EAST MILLINOCKET, Maine — Firefighters from four towns spent about seven hours Wednesday battling a fire that consumed several tons of recycled newsprint amid miserably smoky, foggy and icy conditions at the Katahdin Paper Co. LLC mill.
As many as 300 rectangular blocks of tightly wrapped newsprint were damaged or destroyed, Fire Chief Les Brown said. Each was about 4 feet high by 10 feet long and they were piled together in a mound up to 25 feet tall in a 100-by-100 foot area at the center of the mill’s football field-size recycling warehouse.
It was fortunate that only one firefighter, a town fireman whom Brown declined to identify, suffered a minor injury, smoke inhalation, Brown said.
“Industrial fires are always the worst,” Brown said Wednesday. “You have trenches in the mill, pieces of equipment in the mill, and a lot of electrical things in the mill, and most of the firefighters don’t work there anymore, so they don’t know their way around.”
The battle did not begin well for firefighters, Brown said. When they were called to the fire, at about 11:45 a.m., the flames were already out of control. The warehouse was so smoky that firefighters had to open the warehouse’s large bay doors, set up fans and wait about 45 minutes for the air to clear, he said.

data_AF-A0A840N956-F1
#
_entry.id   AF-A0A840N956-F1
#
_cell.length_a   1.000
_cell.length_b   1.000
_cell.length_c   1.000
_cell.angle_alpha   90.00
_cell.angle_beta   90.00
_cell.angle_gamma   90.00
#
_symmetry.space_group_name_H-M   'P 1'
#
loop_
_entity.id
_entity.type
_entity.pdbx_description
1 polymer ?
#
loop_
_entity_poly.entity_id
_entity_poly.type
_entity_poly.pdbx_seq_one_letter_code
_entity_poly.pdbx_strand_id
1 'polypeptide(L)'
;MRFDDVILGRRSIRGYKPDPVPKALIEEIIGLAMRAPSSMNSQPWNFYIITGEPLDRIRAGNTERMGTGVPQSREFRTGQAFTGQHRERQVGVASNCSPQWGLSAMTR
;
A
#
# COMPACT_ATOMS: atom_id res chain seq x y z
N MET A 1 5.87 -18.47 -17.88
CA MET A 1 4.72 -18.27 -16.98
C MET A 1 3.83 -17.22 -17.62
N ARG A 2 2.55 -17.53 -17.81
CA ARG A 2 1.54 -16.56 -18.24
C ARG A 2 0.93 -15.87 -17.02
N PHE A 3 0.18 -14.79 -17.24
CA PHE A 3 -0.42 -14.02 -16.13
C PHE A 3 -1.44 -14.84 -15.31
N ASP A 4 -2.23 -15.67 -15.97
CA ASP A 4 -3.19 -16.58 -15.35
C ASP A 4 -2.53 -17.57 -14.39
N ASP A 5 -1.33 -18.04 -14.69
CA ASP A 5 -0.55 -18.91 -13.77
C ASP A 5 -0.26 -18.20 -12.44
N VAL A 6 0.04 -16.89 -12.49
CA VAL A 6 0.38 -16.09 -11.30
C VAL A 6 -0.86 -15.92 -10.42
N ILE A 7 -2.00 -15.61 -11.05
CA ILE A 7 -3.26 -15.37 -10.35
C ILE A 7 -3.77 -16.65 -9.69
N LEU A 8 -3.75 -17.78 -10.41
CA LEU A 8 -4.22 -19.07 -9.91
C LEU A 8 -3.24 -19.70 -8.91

The mill no longer has a fire brigade, so firefighters lacked guidance, Brown said.
“We could not let any firefighters in there because any of those tons of paper could fall over and kill a firefighter instantly,” Brown said. “The fans that they have did what they are supposed to do, but they are not big enough to do the job. They are not built for that [fire ventilation].”
With temperatures peaking Wednesday at only 11 degrees Fahrenheit, the open doors and firefighters’ water created ice and steam pretty quickly, Brown said.
“Between the steam and smoke, the visibility was zero inside the building,” Brown said.
Firefighters wearing air tanks had to use two front loaders to haul burning paper out of the building. All firefighters had to rotate through fighting the fire to get their tanks refilled.
Then, about two hours into the fire, the warehouse’s sprinkler system came on, not stopping the fire but adding considerably to the steam, Brown said.
“By the time we left, there was 6 inches of water on the floor,” Brown said.
Millworkers will assess the damage done by the fire in the next few days. The mill’s operations were not curtailed, said Rick Grunthaler, the mill’s human resources manager. Managed by Fraser Papers and owned by parent company Brookfield Asset Management of Toronto, the Main Street mill employs as many as 491 hourly workers making directory-grade papers and newsprint.
Brown was pleased and impressed with firefighters’ efforts. East Millinocket, Lincoln, Medway and Millinocket firefighters fought the blaze, Brown said. The last crews left the fire at about 6:45 p.m., town firefighters said.
“Everybody had to work their butts off,” he said.